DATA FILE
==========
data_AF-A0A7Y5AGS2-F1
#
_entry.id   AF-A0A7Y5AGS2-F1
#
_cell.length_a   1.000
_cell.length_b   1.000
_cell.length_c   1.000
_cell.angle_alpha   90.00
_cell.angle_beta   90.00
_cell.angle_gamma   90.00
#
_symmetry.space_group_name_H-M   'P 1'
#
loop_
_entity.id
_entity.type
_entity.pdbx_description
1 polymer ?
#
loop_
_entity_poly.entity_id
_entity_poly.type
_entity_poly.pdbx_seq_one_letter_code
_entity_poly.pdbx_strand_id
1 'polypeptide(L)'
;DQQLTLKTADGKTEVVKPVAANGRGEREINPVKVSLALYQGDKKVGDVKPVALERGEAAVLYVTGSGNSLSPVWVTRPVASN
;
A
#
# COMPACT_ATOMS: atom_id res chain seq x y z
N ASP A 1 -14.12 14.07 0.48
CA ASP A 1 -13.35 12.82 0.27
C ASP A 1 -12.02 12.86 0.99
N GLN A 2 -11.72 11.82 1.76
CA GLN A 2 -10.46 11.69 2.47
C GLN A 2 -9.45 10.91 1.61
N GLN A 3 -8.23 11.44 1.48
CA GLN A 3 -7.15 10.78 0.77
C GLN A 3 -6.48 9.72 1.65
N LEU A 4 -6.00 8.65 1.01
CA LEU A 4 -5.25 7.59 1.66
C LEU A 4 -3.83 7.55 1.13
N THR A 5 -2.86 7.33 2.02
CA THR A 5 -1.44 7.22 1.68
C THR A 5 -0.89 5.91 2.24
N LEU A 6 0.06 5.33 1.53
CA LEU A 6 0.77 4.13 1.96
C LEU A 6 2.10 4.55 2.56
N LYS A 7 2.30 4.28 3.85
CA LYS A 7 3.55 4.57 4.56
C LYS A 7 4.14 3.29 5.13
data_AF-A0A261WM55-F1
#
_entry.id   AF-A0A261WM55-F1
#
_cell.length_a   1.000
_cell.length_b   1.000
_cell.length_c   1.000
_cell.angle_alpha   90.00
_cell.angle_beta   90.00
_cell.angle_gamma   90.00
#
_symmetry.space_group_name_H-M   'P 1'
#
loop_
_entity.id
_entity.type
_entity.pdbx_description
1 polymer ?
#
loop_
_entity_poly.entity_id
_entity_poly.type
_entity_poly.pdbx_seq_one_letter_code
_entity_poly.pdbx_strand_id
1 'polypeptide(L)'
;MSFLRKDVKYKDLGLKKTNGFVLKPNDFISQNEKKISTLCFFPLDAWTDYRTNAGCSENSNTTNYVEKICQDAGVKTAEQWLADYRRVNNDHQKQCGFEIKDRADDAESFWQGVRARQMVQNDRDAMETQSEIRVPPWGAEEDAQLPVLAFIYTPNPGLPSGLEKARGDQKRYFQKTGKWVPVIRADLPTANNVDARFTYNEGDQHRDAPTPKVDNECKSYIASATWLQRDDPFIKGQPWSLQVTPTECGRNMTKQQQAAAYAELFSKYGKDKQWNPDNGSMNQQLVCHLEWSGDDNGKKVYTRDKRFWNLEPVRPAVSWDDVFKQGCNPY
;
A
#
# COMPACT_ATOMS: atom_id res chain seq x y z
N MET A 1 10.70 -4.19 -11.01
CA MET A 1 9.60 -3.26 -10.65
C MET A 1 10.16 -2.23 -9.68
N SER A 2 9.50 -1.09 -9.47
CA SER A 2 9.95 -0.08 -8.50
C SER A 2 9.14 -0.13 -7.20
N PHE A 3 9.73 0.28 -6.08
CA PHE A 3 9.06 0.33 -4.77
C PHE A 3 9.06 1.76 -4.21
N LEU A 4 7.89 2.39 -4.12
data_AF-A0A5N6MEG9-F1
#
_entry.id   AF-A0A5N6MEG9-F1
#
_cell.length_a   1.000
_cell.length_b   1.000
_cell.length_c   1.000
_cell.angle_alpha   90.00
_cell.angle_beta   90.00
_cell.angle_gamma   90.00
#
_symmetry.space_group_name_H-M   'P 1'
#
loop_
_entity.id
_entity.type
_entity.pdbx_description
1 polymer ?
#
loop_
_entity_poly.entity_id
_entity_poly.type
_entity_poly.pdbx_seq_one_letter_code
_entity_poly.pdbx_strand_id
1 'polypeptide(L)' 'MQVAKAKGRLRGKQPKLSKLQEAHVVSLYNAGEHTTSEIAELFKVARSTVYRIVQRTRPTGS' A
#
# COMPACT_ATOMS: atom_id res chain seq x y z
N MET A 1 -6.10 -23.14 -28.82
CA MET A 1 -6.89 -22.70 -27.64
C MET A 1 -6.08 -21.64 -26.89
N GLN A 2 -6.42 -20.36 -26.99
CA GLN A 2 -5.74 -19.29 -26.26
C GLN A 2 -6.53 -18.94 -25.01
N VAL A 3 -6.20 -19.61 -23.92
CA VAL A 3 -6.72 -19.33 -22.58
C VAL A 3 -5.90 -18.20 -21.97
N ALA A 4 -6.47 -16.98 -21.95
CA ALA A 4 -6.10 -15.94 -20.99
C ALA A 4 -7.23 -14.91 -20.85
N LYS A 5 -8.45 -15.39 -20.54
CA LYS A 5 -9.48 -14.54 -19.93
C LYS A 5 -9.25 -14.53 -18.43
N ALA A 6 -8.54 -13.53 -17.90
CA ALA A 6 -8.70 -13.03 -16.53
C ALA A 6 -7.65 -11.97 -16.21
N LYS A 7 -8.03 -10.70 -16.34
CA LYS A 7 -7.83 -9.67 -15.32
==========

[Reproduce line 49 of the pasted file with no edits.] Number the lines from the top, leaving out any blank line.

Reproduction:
N LYS A 7 2.30 4.28 3.85